Friday, May 18, 2018

Positive bias


                                                                                                                                               May 21, 2017
Dear LoMA Family,

Two weeks ago I wrote about how much of the prejudice and discrimination in the world can be traced back to negative unconscious bias. This is an old idea with plenty of research to back it up; now, however, there is more research being done into positive unconscious bias. This may sound like a weird problem as it is seems to be a good thing to be biased towards liking people; after all isn’t loving someone a kind of bias? Maybe, but unconscious positive bias can actually get us and our society into trouble. The website Social Talent shows how these biases towards the following groups can affect our judgement, listening skills, attitudes, and attention.
1.     Beauty Bias: Because we all like beautiful people and to be liked by beautiful people, we are more likely to pay attention to them, believe them and be influenced by them. How one defines beauty varies of course, but as a society people who are tall, slim and have “good hair” or any hair tend to be promoted more than others. For instance, 60% of CEOs are over 6’ tall, and female actresses tend to have hourglass figures. On a personal level, beautiful people can often get away with more bad behavior with a smile and a wink than others.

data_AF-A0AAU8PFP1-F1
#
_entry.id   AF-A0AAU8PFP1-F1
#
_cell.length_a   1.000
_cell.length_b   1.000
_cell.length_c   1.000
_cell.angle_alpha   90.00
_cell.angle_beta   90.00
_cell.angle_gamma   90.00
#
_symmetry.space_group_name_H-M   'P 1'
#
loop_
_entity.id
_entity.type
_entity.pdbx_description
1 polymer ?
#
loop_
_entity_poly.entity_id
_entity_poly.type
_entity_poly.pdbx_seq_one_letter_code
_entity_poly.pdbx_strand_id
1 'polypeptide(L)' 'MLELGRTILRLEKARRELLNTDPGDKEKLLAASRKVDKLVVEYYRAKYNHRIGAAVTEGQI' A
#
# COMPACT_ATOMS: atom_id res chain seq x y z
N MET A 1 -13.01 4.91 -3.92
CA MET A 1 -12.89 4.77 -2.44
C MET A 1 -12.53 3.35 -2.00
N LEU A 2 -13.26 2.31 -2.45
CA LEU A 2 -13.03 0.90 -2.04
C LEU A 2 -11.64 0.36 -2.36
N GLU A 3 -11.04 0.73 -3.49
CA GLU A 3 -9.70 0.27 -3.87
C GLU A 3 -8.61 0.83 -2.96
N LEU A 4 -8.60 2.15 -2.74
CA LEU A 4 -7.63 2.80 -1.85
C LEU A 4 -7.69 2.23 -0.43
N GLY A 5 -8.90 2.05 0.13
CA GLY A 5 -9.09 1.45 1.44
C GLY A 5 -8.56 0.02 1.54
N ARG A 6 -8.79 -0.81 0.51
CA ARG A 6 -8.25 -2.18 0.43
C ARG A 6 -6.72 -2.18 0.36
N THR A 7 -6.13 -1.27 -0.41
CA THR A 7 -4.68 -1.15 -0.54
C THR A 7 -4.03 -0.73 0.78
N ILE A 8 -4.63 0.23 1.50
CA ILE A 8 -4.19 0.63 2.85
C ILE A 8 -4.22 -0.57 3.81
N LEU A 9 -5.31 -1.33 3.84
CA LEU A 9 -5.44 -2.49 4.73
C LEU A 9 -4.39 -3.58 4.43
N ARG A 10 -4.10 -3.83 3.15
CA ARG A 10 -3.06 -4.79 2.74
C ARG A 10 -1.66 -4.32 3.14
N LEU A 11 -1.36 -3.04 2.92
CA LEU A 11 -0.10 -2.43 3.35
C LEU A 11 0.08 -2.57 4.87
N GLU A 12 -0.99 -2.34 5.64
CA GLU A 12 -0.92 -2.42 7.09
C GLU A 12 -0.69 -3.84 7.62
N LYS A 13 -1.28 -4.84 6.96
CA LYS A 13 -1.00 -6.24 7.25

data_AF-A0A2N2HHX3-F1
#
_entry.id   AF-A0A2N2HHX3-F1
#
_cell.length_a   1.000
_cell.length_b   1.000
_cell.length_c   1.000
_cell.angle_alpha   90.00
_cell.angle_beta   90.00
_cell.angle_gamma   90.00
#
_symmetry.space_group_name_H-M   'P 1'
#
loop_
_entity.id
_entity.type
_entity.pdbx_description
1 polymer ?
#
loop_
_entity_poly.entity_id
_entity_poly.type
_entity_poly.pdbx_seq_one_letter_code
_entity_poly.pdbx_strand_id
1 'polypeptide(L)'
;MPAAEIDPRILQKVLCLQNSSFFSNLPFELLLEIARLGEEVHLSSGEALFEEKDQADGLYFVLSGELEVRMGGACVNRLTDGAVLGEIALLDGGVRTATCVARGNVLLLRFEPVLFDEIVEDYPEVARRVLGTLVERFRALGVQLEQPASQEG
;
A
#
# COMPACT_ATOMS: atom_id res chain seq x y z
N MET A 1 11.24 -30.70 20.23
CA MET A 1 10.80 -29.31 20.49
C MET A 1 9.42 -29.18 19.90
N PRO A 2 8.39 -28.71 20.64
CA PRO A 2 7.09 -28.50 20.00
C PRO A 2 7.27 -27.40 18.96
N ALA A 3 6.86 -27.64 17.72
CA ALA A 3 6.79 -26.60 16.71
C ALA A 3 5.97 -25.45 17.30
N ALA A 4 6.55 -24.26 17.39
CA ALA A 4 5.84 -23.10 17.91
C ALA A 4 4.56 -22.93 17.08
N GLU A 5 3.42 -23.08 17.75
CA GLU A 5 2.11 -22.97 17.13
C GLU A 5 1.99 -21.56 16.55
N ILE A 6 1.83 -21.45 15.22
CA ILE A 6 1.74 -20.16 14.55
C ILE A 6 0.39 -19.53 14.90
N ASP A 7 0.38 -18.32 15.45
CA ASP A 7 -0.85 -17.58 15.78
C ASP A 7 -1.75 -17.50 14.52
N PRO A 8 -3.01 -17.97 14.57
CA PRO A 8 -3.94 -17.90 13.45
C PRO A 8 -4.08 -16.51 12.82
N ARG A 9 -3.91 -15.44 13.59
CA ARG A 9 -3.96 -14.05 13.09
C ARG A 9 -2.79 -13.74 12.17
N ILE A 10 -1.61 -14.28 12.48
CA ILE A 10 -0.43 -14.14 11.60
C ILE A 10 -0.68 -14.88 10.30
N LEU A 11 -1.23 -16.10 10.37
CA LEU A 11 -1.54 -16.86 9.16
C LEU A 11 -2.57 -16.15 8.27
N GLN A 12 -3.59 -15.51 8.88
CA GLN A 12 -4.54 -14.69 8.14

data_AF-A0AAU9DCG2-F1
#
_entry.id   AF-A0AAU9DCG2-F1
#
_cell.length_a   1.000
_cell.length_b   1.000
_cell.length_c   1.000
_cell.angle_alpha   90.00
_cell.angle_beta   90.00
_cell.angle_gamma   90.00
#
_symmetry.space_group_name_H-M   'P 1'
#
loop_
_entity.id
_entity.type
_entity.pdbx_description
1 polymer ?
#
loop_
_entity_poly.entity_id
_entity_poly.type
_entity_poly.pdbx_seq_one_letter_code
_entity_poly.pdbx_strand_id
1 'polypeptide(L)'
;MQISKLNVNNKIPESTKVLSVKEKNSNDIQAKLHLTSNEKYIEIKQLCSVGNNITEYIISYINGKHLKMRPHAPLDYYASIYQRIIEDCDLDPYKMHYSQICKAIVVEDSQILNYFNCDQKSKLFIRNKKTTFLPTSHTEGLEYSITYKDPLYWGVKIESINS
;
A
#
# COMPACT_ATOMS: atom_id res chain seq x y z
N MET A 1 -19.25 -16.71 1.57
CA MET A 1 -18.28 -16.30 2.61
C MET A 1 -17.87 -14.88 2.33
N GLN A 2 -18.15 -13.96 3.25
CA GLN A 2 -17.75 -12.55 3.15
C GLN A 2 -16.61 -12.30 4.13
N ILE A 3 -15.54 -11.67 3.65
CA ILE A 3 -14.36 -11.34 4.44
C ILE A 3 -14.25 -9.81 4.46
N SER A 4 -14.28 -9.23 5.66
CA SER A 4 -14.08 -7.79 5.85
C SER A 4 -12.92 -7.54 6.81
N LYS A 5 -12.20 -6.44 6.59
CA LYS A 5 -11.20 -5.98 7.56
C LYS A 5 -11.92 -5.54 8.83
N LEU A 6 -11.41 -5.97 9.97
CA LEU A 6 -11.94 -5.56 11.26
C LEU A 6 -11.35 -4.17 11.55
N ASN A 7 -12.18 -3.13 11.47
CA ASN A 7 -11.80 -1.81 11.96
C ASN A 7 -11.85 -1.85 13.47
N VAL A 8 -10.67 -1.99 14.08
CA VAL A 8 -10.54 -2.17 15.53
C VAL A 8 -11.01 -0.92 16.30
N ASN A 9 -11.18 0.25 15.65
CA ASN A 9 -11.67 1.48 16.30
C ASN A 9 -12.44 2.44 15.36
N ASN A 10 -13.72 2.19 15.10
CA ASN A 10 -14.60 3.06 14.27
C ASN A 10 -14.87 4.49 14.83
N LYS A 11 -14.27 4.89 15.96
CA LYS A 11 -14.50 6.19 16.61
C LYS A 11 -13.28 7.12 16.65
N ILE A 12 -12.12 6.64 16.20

2.     Similarity Bias: If someone has similar likes in things like music, food and movies, we tend to be more trusting in their opinions on other matters. Of course, good taste often has very little to do with intelligence and judgement. In hiring staff, I have to remember that just because someone has the good taste to appreciate early Madonna (especially the “Like a Prayer” video), it does not mean that she will make a great teacher.
3.     Confirmation Bias: Once we have begun a narrative about a person, whether positive or negative, we then automatically and unconsciously begin ginning the data. We accentuate the evidence that agrees with our judgement and discount anything that we disagree with to prove that we are really right.

All together these biases can add up to a “halo effect” where we become unconsciously biased towards people who look and act like us – we listen to them more carefully, trust them more, and cut them breaks more often. It is why “pretty girls” can get out of driving tickets more often, popularity contests are so unfair and people who “look good” get hired more easily.
            The flip side of this is that prejudices towards some easily become discriminations towards others. In our society where white men traditionally hold so many keys to power, giving a halo to people who look and act like them, no matter how unconsciously, perpetuates racist and sexist policies towards rewards such as hiring and promotions and penalties such as arrests and incarcerations.
As I have said before, we can never totally escape the narratives we create around unconscious biases, but we can become more aware of them and the thus the ways they affect our decision-making. A couple of years ago, I encouraged students and staff to surface their own biases with a very clever study created at Harvard University. Just Google “implicit bias challenge Harvard.” The more you know yourself the more thoughtful you can be.

Think about it,

John Wenk
May 22                                                Junior trip to Philadelphia
May 28                                                Memorial Day (no school)\
June 4                                                  Prom
June 5                                                  Global History Regents
June 5              6:00                             Majors’ Show
 
 

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